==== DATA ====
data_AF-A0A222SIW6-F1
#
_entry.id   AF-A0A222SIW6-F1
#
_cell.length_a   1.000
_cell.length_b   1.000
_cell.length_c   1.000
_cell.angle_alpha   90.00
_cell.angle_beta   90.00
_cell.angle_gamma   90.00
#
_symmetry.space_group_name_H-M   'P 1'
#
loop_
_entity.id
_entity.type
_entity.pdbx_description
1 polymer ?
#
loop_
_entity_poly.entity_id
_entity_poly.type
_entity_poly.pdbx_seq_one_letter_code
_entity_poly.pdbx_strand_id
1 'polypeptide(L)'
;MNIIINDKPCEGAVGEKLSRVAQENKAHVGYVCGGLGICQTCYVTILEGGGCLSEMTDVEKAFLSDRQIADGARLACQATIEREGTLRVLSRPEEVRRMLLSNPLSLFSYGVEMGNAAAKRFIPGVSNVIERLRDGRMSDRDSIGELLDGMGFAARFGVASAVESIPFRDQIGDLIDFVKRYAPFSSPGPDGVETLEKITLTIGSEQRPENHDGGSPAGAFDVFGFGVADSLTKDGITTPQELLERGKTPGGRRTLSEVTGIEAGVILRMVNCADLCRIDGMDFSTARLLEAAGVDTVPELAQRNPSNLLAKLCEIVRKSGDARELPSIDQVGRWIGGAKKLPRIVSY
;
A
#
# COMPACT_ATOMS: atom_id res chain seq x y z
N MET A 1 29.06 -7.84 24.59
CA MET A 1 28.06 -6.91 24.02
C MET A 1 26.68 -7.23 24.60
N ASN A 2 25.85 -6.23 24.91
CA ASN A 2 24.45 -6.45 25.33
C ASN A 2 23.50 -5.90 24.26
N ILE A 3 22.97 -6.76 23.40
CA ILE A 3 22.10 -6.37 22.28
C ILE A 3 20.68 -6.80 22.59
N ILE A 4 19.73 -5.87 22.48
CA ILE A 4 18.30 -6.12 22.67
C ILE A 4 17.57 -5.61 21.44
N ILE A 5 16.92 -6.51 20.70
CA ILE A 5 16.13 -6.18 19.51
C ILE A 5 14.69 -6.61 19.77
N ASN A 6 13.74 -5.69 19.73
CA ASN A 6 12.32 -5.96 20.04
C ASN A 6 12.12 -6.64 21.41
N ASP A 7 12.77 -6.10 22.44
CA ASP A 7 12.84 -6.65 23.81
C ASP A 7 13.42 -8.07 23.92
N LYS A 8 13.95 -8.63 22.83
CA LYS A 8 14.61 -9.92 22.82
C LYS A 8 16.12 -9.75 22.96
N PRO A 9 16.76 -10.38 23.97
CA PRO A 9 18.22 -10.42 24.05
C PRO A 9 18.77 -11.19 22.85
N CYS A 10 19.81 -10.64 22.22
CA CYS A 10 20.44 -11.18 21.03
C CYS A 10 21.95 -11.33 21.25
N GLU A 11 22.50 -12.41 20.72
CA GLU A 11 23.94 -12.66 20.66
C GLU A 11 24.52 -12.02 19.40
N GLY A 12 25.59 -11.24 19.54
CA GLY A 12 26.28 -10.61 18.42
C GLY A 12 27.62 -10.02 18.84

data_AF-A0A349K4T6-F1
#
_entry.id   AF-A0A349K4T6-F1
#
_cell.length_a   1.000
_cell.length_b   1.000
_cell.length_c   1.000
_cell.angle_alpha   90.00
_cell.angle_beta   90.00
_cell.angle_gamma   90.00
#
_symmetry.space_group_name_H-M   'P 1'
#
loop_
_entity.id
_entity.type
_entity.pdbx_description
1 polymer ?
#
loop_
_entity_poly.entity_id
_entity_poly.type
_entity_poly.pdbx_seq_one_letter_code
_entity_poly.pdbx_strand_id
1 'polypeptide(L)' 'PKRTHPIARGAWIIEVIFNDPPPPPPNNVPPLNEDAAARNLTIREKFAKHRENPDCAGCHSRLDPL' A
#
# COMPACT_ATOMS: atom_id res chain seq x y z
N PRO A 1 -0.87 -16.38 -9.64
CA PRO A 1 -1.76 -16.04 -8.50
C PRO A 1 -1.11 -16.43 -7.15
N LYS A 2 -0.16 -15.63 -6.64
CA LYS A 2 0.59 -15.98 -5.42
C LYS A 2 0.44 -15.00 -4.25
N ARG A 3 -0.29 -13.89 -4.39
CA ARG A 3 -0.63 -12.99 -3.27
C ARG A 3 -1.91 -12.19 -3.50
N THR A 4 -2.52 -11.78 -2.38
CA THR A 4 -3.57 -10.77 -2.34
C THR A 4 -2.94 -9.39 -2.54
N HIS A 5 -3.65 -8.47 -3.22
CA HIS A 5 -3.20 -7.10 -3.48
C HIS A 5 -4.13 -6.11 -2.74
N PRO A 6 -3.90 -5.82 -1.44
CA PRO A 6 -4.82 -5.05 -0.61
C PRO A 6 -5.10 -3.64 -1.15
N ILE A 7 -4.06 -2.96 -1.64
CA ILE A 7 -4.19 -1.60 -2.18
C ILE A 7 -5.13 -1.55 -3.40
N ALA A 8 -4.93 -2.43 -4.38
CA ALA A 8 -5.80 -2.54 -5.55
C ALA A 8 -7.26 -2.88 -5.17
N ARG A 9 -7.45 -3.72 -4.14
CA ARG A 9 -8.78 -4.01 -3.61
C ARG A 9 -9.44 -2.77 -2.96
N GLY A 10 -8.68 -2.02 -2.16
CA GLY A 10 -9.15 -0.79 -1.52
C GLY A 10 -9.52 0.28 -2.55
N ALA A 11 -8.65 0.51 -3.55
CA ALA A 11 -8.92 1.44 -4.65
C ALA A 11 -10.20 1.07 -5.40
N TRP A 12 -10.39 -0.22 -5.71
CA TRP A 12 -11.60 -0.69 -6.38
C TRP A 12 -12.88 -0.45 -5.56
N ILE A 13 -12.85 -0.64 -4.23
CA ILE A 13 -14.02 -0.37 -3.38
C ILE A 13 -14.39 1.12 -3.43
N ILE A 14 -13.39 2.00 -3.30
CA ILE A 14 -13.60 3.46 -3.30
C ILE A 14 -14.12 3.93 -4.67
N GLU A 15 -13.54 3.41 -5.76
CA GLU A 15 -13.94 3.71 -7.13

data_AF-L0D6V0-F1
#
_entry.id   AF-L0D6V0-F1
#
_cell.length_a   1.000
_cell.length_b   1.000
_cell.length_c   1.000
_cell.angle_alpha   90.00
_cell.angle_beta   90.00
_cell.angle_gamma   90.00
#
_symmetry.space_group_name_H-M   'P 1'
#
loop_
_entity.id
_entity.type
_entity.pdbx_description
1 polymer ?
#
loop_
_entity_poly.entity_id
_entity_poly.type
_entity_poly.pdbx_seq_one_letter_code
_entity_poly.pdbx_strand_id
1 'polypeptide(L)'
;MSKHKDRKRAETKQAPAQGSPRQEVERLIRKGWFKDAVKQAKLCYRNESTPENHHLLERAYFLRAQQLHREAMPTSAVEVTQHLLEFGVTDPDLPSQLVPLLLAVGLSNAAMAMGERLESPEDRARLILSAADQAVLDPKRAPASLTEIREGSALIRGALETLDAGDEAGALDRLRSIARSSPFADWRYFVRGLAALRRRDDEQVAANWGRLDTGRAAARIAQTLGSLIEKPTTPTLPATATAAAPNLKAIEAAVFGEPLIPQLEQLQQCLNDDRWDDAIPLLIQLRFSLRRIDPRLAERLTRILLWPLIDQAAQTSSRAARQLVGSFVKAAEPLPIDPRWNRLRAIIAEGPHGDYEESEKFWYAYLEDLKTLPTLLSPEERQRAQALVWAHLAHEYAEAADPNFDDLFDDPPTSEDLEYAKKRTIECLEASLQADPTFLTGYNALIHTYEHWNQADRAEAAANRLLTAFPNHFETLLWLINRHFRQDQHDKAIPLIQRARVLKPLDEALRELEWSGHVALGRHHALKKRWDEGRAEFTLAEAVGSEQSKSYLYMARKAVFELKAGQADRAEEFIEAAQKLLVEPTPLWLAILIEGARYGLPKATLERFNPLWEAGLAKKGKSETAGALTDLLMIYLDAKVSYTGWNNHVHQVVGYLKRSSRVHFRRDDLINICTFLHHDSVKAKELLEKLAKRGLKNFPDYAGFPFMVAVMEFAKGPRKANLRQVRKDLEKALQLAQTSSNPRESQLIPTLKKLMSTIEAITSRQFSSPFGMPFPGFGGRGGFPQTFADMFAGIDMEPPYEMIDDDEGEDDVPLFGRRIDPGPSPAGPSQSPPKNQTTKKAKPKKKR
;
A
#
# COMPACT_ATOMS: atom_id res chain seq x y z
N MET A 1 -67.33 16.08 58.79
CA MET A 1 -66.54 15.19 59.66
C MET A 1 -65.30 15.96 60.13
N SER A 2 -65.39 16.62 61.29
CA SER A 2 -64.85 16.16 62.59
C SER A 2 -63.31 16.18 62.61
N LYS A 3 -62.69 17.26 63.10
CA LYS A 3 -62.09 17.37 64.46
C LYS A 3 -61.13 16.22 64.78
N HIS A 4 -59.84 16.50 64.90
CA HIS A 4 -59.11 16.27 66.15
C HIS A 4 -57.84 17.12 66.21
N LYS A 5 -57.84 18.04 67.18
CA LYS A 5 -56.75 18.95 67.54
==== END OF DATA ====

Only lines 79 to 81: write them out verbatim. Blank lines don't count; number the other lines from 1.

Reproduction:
#
loop_
_entity.id